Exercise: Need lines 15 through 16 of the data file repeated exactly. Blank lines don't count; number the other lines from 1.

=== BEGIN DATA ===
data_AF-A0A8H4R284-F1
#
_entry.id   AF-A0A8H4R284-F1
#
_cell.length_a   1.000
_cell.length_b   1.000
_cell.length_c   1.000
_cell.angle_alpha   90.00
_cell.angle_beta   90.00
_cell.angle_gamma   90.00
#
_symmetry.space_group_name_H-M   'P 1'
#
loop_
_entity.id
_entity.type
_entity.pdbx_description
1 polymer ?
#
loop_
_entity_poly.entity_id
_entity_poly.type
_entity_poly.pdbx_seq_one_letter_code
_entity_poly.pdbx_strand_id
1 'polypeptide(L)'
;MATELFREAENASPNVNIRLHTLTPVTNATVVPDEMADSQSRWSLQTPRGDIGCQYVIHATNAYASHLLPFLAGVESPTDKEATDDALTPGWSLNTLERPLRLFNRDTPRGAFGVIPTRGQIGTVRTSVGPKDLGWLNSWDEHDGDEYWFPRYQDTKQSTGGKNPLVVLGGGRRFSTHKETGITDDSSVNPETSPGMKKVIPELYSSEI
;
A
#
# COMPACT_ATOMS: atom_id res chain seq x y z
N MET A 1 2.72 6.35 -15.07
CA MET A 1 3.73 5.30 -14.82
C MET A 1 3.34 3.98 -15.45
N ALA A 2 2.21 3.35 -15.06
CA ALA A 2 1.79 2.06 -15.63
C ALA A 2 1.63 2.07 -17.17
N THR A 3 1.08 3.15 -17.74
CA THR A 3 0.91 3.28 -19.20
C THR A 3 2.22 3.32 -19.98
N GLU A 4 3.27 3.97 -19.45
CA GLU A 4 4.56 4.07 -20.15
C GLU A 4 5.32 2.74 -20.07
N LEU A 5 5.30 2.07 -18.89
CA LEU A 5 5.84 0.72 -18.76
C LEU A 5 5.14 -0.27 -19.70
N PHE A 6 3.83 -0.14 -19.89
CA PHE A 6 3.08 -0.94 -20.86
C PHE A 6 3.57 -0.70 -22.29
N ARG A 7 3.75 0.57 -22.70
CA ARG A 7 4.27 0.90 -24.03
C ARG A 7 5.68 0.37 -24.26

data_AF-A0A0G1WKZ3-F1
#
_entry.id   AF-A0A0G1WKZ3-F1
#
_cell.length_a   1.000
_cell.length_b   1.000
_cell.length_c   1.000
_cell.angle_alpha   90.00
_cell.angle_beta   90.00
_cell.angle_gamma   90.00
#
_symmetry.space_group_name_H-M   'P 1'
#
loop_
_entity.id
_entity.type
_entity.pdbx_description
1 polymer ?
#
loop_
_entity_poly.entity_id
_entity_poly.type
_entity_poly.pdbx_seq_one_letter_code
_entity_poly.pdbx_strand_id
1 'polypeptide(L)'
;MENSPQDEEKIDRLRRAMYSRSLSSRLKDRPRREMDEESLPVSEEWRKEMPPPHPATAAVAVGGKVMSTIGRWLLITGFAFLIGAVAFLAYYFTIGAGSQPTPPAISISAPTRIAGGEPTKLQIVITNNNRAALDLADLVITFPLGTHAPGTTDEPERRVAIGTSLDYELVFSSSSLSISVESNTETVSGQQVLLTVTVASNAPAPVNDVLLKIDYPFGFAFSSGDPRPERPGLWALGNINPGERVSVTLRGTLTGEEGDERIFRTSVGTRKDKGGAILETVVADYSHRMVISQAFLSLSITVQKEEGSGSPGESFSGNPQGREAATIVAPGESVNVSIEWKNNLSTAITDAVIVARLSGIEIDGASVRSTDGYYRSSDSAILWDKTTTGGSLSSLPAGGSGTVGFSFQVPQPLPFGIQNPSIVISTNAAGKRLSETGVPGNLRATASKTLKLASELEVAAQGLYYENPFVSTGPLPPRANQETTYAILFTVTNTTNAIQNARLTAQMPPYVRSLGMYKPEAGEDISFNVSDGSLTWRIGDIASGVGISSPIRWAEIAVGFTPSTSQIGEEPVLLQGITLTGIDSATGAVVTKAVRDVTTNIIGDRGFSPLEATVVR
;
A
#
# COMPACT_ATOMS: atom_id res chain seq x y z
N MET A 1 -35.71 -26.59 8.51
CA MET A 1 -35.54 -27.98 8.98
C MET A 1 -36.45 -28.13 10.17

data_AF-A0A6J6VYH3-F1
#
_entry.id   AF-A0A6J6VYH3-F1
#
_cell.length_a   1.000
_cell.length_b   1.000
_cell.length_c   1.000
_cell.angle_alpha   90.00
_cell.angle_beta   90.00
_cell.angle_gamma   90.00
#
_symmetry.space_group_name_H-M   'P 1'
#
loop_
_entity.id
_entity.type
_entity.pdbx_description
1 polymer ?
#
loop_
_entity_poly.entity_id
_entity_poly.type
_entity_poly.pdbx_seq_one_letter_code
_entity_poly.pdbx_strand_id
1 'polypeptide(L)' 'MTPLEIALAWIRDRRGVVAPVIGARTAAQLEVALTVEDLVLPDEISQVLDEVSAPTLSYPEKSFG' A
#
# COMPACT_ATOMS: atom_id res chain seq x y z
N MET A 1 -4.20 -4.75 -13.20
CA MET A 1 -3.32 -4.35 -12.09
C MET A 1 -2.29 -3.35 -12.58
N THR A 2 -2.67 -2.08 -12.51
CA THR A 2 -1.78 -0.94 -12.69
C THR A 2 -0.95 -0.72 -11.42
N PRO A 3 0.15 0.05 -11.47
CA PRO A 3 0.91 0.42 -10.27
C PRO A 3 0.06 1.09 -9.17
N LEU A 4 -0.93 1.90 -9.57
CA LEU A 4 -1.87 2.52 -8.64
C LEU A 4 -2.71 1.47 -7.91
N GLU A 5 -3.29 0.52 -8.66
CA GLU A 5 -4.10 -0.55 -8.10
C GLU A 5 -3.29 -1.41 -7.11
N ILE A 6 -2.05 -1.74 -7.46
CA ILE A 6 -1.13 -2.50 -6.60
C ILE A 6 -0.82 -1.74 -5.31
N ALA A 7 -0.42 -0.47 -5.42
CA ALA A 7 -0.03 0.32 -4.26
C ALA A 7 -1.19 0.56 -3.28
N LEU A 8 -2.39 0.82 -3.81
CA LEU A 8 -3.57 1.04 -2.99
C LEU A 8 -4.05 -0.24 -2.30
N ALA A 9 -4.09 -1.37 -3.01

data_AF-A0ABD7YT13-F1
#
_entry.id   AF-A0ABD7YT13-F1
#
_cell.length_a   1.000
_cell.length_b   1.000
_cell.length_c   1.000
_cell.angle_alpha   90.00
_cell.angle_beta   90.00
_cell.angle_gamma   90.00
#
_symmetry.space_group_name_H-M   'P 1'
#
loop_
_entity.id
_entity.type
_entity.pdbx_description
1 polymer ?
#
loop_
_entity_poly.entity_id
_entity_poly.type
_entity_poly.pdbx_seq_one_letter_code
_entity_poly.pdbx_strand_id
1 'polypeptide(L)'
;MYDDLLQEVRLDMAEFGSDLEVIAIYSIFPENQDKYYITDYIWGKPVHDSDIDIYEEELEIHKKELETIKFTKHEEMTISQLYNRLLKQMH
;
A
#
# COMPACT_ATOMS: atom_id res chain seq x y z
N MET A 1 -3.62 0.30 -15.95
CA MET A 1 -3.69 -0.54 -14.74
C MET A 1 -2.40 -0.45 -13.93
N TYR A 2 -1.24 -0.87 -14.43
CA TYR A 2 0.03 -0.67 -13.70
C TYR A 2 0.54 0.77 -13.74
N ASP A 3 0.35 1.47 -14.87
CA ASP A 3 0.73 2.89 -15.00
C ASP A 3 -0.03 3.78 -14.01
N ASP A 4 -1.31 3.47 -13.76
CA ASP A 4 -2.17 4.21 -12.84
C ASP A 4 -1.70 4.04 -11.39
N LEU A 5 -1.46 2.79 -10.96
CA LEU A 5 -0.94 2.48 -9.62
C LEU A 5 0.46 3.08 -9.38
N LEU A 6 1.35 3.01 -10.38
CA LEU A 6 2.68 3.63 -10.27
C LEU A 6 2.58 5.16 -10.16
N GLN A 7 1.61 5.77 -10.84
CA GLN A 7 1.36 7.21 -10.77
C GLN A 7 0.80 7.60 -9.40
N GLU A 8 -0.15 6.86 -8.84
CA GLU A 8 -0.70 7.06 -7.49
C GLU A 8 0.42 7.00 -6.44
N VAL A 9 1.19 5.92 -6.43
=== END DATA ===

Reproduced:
_entity.id
_entity.type